But the old woman solved this problem with a deer hide that had been curing for some seasons on the wall behind the house. Her eyes were dimmed with age, her fingers were stiff, but in an astonishingly short period of time she improvised a pair of leathern puttees, fastening with a strap, that answered the purpose beautifully. The two women walked with him, out under the pine.

Bruce shook old Elmira's scrawny hand; then she turned back at once into the house. The man felt singularly grateful. He began to credit the old woman with a great deal of intuition, or else memories from her own girlhood of long and long ago. He did want a word alone with this strange girl of the pines. But when Elmira had gone in and the coast was clear, it wouldn't come to his lips.

He felt curious conjecturings and wonderment arising within him. He couldn't have shaped them into words. It was just that the girl's face intrigued him, mystified him, and perhaps moved him a little too. It was a frank, clear, girlish face, wonderfully tender of feature, and at first her eyes held him most of all. They gave an impression of astounding depth. They were quite serious now; and they had a luster such as can be seen on cold spring water over dark moss,—and few other places on earth.

"It seems strange," he said, "to come here only last night—and then to be leaving again."

It seemed to his astonished gaze that her lips trembled ever so slightly. "We have been waiting for each other a long time, Bwovaboo," she replied. She spoke rather low, not looking straight at him. "And I hate to have you go again so soon."

"But I'll be back—in a few days."

"You don't know. No one ever knows when they start out in these mountains. Promise me, Bruce—to keep watch every minute. Remember there's nothing—nothing—that Simon won't stoop to do. He's like a wolf. He has no rules of fighting. He'd just as soon strike from ambush. How do I know that you'll ever come back again?"

"But I will." He smiled at her, and his eyes dropped from hers to her lips. His heart seemed to miss a beat. He hadn't noticed these lips in particular before. The mouth was tender and girlish, its sensitiveness scarcely seeming fitting in a child of these wild places. He reached out and took her hand.

"Good-by, Linda," he said, smiling.

She smiled in reply, and her old cheer seemed to return to her. "Good-by, Bwovaboo. Be careful."

"I'll be careful. And this reminds me of something."


"That for all the time I've been away—and for all the time I'm going to be away now—I haven't done anything more—well, more intimate—than shake your hand."

Her answer was to pout out her lips in the most natural way in the world. Bruce was usually deliberate in his motions; but all at once his deliberation fell away from him. There seemed to be no interlude of time between one position and another. His arms went about her, and he kissed her gently on the lips.

But it was not at all as they expected. Both had gone into it lightly,—a boy-and-girl caress such as is usually not worth thinking about twice. He had supposed it would be just like the other kisses he had known in his growing-up days: a moment's soft pressure of the lips, a moment's delight, and nothing either to regret or rejoice in. But it was far more than this, after all. Perhaps because they had been too long in one another's thoughts; perhaps—living in a land of hated foes—because Linda had not known many kisses, this little caress beneath the pine went very straight home indeed to them both. They fell apart, both of them suddenly sobered. The girl's eyes were tender and lustrous, but startled too.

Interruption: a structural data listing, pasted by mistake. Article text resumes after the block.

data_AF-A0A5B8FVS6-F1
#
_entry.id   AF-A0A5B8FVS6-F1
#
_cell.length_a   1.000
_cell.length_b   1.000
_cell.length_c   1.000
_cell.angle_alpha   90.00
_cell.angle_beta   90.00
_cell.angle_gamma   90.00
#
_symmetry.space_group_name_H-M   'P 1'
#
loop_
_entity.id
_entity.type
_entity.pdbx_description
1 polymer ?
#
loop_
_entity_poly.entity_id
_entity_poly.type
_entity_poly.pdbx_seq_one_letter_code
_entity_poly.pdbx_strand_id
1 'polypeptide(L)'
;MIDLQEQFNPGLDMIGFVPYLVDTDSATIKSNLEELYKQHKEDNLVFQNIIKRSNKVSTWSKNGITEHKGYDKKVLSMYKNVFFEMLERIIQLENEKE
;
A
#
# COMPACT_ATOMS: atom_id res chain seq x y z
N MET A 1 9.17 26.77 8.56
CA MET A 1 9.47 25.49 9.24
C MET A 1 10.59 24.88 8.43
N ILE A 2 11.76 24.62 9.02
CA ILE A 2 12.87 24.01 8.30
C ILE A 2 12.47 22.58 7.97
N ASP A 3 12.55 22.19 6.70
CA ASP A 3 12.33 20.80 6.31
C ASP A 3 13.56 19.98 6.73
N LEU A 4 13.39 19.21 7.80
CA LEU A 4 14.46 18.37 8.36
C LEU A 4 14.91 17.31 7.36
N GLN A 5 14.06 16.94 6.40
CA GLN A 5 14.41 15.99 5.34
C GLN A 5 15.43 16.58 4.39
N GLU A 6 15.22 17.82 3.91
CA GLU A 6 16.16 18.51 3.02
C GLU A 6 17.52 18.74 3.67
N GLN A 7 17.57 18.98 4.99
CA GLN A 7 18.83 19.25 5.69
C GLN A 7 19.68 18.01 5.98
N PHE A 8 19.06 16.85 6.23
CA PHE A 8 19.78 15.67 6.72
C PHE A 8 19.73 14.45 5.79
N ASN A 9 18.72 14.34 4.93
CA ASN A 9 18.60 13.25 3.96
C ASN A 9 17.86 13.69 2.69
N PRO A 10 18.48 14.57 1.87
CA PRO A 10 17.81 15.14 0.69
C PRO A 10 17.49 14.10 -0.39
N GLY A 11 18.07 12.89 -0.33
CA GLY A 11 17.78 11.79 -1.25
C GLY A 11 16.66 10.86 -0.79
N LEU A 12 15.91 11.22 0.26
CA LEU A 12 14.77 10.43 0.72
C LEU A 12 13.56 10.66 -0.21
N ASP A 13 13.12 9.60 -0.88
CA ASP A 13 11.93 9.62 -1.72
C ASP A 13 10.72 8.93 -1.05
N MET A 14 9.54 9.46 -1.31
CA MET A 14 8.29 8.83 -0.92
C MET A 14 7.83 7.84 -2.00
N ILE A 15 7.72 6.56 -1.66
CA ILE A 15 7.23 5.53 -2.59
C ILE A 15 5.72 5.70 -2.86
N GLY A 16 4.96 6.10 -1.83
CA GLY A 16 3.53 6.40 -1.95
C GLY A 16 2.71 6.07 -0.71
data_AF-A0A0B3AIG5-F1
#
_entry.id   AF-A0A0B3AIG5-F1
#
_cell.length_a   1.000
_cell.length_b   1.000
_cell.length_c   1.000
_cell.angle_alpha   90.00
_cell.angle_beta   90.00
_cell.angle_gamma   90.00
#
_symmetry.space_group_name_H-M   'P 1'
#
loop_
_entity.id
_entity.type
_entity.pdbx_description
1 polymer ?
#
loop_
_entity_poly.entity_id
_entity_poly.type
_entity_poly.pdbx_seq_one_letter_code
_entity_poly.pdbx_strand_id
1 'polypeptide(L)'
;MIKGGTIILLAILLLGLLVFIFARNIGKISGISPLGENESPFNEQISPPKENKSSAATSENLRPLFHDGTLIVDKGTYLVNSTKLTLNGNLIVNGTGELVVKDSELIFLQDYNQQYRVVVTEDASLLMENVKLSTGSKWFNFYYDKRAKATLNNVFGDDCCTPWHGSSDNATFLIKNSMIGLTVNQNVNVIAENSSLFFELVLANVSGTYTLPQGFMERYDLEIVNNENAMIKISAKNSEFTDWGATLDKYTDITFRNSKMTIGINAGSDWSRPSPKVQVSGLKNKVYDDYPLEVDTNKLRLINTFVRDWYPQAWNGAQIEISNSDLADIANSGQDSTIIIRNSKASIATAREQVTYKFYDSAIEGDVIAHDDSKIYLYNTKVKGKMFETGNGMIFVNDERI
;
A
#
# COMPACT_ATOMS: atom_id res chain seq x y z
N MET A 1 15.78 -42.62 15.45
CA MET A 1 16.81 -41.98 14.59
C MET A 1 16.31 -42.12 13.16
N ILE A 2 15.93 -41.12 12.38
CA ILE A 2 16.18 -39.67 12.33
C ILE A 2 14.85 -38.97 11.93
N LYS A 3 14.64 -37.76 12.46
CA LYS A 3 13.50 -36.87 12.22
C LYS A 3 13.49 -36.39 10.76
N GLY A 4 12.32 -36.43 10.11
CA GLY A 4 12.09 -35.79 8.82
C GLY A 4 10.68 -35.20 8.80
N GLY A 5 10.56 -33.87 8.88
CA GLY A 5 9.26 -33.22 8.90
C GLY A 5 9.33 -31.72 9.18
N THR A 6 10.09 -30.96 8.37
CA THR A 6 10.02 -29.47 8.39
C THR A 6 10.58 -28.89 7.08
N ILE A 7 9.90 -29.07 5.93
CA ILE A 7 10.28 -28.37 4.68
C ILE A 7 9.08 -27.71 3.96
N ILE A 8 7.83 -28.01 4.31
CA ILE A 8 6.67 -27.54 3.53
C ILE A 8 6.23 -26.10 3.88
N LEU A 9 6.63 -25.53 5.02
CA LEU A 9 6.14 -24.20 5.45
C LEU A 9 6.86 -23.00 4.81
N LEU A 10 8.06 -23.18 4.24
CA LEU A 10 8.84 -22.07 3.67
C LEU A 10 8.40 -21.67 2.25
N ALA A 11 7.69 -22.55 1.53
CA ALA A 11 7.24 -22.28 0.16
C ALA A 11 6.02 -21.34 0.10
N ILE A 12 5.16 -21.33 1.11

"Good-by, Linda," he told her.

"Good-by—Bwovaboo," she answered. He turned up the trail past the pine.

He did not know that she stood watching him a long time, her hands clasped over her breast.


Miles farther than Linda's cabin, clear beyond the end of the trail that Duncan took, past even the highest ridge of Trail's End and in the region where the little rivers that run into the Umpqua have their starting place, is a certain land of Used to Be. Such a name as that doesn't make very good sense to a tenderfoot on the first hearing. Perhaps he can never see the real intelligence of it as long as he remains a tenderfoot. Such creatures cannot exist for long in the silences and the endless ridges and the unbeaten trails of this land; they either become woodsmen or have communication with the buzzards.

It isn't a land of the Present Time at all. It is a place that has never grown old. When a man passes the last outpost of civilization, and the shadows of the unbroken woods drop over him, he is likely to forget that the year is nineteen hundred and twenty, and that the day before yesterday he had seen an aeroplane passing over his house. It is true that in this place he sees winged creatures in the air, seeming masters of the aŽrial tracts, but they are not aŽroplanes. Instead they are the buzzards, and they are keeping even a closer watch on him than he is on them. They know that many things may happen whereby they can get acquainted before the morning breaks. The world seems to have kicked off its thousand-thousand years as a warm man at night kicks off covers; and all things are just as they used to be. It is the Young World,—a world of beasts rather than men, a world where the hand of man has not yet been felt.